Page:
Perfectionism vs. Persistence

Leaders have a great deal riding on them. Their employees, bosses, customers, and organizations need and expect a lot. For many, this breeds an intense experience of pressure. A belief that there’s no room for error. That everything’s got to be perfect. That they must get it right. For many, this transforms healthy persistence into the unhealthy expression of perfectionism.

perfection grasscroppedPerfectionism is a frequently noted derailer across industries and leadership levels. And it’s damaging to all involved. The perfectionistic leader can experience stress, isolation, procrastination, and risk-avoidance that hurts himself and the business. Those who report to perfectionistic leaders suffer as well in terms of morale, motivation, and job satisfaction.

And here’s the tough part. Most perfectionistic leaders don’t recognize this about themselves. They describe themselves with words like ‘quality,’ ‘standards,’ and ‘excellence.’ But taken to an extreme, this starts to look a lot like perfectionism.

How are You Doing?

What about you? This list describing the two sides of the  perfectionism/persistence coin may help you to conduct an honest evaluation of yourself.

 

Perfectionism

Persistence

Demanding

Inspiring

Controlling

Empowering

Directing

Developing

Criticizing

Coaching

Defending

Learning

Repeating

Risking

 

The perfectionistic leader is driven by an unrelenting need for things to meet a frequently unrealistic standard. This need drives his own behavior and treatment of others. To surpass his extraordinarily high bar, he tends to give orders, issue demands, and dictate not just the ‘what’ but also the ‘how’ of a task. Because failure is not an option, he may avoid risks. And his attention gravitates toward any gap (no matter how small) between what is and how he needs it to be.

The persistent leader, on the other hand, can set and pursue high standards without the emotional toll on himself or others. He is willing to experiment and to take intelligent chances and risks. Mistakes and set-backs are perceived as opportunities to learn. He engages others and demonstrates trust in their capacity... and understands that growth can be messy and is rarely perfect.

 

Are you consistently disappointed with the performance of those around you?

Do you offer criticism more than praise?

Are others afraid to share mistakes or problems with you?

 

If so, you may be struggling with perfectionism.

Bridging the Distance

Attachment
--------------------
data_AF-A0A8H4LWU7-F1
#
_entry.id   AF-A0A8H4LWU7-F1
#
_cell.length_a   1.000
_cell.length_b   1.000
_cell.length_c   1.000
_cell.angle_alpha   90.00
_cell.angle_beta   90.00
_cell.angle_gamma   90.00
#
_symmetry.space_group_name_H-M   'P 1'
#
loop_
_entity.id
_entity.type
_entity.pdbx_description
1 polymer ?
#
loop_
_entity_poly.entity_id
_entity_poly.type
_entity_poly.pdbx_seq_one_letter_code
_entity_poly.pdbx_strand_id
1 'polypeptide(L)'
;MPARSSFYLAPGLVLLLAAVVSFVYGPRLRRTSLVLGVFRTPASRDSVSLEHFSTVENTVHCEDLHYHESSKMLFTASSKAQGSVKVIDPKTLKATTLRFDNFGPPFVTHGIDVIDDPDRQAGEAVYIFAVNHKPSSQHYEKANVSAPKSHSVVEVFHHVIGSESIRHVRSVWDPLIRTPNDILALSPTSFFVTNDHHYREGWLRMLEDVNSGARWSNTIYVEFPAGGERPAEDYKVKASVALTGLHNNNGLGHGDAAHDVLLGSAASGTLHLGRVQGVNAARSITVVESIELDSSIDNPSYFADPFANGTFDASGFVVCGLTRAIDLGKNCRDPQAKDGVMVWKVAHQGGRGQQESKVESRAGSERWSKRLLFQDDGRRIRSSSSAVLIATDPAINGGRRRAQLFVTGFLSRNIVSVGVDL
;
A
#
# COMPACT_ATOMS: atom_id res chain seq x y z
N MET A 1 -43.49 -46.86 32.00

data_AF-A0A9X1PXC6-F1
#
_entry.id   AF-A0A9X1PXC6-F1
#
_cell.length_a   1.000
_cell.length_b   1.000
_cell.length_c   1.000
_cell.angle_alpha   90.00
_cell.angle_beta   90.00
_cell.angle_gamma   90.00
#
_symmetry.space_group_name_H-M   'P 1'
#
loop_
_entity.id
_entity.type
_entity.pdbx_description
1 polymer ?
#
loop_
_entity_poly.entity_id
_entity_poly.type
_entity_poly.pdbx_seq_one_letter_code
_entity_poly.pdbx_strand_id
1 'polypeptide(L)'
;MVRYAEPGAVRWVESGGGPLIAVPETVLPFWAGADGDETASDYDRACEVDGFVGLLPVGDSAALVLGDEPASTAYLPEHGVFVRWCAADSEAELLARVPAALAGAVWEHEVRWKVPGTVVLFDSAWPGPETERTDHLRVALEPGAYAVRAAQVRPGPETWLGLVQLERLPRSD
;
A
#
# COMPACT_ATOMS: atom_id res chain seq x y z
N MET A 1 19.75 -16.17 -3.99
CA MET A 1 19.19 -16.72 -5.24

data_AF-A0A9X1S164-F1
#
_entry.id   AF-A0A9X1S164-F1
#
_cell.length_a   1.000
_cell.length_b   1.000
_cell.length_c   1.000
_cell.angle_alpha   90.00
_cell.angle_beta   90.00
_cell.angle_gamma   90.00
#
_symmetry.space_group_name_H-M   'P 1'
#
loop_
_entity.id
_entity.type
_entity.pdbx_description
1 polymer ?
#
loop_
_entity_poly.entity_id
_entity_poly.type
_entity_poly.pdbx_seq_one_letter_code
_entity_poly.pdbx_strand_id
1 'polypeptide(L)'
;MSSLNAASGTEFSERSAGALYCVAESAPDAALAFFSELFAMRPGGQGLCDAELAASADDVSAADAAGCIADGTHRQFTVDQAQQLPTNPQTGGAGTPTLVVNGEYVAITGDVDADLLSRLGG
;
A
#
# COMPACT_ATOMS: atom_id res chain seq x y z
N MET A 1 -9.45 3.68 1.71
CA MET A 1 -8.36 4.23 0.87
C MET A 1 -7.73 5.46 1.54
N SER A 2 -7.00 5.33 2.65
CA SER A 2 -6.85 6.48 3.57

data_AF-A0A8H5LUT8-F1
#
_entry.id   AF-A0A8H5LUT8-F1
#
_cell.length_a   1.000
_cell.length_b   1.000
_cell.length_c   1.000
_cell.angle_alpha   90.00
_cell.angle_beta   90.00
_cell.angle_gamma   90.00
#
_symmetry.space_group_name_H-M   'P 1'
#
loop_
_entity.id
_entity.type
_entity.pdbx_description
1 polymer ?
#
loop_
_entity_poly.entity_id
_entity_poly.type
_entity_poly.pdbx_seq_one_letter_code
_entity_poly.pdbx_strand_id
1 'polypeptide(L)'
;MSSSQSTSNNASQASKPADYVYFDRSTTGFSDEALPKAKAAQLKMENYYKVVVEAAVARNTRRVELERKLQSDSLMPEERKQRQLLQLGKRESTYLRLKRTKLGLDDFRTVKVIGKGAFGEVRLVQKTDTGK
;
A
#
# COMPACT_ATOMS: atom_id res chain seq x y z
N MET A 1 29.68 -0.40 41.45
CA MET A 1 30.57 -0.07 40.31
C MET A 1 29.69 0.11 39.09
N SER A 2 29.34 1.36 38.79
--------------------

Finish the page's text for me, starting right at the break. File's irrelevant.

The good news is that perfectionism is not a life sentence. The perfectionistic leader who is committed to making a change can take steps in the direction of healthier persistent leadership. And he will likely find that the shortest distance between perfectionism and persistence is presence.

Presence refers to that conscious, intentional quality of awareness - a cognizance of one’s thoughts, reactions, and feelings. Perfectionism generally comes from a lack of presence as a leader responds unconsciously to memories, experiences, fears, or anticipations. Comments from a critical teacher or parent may play in the back of his mind, triggering reactions and motivating unproductive behavior.

With presence, leaders can acknowledge those triggers and motivators - a pre-requisite for diligently working to avoid reacting to them. Presence allows leaders to take into consideration the current situation, responding to it alone. They’re able to put things into perspective, suspend irrational fear, and work with others in a constructive fashion.

Cultivating Presence

The most successful leaders - the ones who demonstrate persistence rather than perfectionism - have learned to cultivate and conjure up presence in their lives. Some practice mindfulness techniques like mediation and centering. Others engage in visualization and journaling. Yoga, walking, and even the simple act of conscious breathing can support leaders in bringing presence to their work and to their interactions.

Let’s face it: perfection is an unattainable standard and unconsciously seeking it leads to burn out - for leaders and their employees alike. Persistence, on the other hand, is sustainable, allowing others to develop and grow while delivering long-term business results. Presence can be the vehicle for leaders interested in moving from one to the other.

What about you? Is your leadership style characterized more by perfectionism or persistence? How is perfectionism hurting your business? What techniques do you use to bring more presence into your life?